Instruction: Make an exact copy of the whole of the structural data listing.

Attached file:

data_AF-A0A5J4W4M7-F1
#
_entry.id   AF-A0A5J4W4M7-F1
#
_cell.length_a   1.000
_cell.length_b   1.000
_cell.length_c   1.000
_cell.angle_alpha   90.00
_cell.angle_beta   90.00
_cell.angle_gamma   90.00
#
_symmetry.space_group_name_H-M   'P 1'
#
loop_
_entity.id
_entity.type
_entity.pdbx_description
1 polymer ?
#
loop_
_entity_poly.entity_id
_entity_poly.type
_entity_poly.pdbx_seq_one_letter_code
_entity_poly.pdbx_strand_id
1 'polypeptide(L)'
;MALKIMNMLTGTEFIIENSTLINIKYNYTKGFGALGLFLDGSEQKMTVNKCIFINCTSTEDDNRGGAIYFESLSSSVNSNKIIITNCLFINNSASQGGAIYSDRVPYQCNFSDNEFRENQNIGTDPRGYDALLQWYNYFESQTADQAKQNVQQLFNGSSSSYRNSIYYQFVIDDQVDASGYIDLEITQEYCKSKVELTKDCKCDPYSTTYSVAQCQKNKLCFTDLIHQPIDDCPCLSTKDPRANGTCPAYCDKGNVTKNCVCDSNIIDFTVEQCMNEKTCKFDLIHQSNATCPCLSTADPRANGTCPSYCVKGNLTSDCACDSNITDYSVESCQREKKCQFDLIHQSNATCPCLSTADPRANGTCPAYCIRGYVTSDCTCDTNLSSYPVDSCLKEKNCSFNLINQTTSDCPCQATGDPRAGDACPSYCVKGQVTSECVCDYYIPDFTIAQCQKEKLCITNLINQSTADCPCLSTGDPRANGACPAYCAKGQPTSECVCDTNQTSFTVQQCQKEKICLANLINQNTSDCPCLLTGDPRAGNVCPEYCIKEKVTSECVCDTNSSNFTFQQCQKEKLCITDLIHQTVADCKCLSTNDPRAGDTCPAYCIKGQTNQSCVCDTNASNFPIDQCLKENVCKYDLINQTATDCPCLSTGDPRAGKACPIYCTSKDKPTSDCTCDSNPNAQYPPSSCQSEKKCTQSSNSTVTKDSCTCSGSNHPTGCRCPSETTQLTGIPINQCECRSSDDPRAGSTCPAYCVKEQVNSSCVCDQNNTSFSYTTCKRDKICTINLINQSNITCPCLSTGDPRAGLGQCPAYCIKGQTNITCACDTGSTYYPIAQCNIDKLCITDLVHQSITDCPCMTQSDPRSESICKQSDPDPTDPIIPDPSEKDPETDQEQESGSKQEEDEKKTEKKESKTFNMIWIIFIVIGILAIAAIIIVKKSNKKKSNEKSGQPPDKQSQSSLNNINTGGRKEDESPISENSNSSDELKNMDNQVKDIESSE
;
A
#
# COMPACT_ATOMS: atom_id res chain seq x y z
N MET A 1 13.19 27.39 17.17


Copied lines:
data_AF-A0A5J4W4M7-F1
#
_entry.id   AF-A0A5J4W4M7-F1
#
_cell.length_a   1.000
_cell.length_b   1.000
_cell.length_c   1.000
_cell.angle_alpha   90.00
_cell.angle_beta   90.00
_cell.angle_gamma   90.00
#
_symmetry.space_group_name_H-M   'P 1'
#
loop_
_entity.id
_entity.type
_entity.pdbx_description
1 polymer ?
#
loop_
_entity_poly.entity_id
_entity_poly.type
_entity_poly.pdbx_seq_one_letter_code
_entity_poly.pdbx_strand_id
1 'polypeptide(L)'
;MALKIMNMLTGTEFIIENSTLINIKYNYTKGFGALGLFLDGSEQKMTVNKCIFINCTSTEDDNRGGAIYFESLSSSVNSNKIIITNCLFINNSASQGGAIYSDRVPYQCNFSDNEFRENQNIGTDPRGYDALLQWYNYFESQTADQAKQNVQQLFNGSSSSYRNSIYYQFVIDDQVDASGYIDLEITQEYCKSKVELTKDCKCDPYSTTYSVAQCQKNKLCFTDLIHQPIDDCPCLSTKDPRANGTCPAYCDKGNVTKNCVCDSNIIDFTVEQCMNEKTCKFDLIHQSNATCPCLSTADPRANGTCPSYCVKGNLTSDCACDSNITDYSVESCQREKKCQFDLIHQSNATCPCLSTADPRANGTCPAYCIRGYVTSDCTCDTNLSSYPVDSCLKEKNCSFNLINQTTSDCPCQATGDPRAGDACPSYCVKGQVTSECVCDYYIPDFTIAQCQKEKLCITNLINQSTADCPCLSTGDPRANGACPAYCAKGQPTSECVCDTNQTSFTVQQCQKEKICLANLINQNTSDCPCLLTGDPRAGNVCPEYCIKEKVTSECVCDTNSSNFTFQQCQKEKLCITDLIHQTVADCKCLSTNDPRAGDTCPAYCIKGQTNQSCVCDTNASNFPIDQCLKENVCKYDLINQTATDCPCLSTGDPRAGKACPIYCTSKDKPTSDCTCDSNPNAQYPPSSCQSEKKCTQSSNSTVTKDSCTCSGSNHPTGCRCPSETTQLTGIPINQCECRSSDDPRAGSTCPAYCVKEQVNSSCVCDQNNTSFSYTTCKRDKICTINLINQSNITCPCLSTGDPRAGLGQCPAYCIKGQTNITCACDTGSTYYPIAQCNIDKLCITDLVHQSITDCPCMTQSDPRSESICKQSDPDPTDPIIPDPSEKDPETDQEQESGSKQEEDEKKTEKKESKTFNMIWIIFIVIGILAIAAIIIVKKSNKKKSNEKSGQPPDKQSQSSLNNINTGGRKEDESPISENSNSSDELKNMDNQVKDIESSE
;
A
#
# COMPACT_ATOMS: atom_id res chain seq x y z
N MET A 1 13.19 27.39 17.17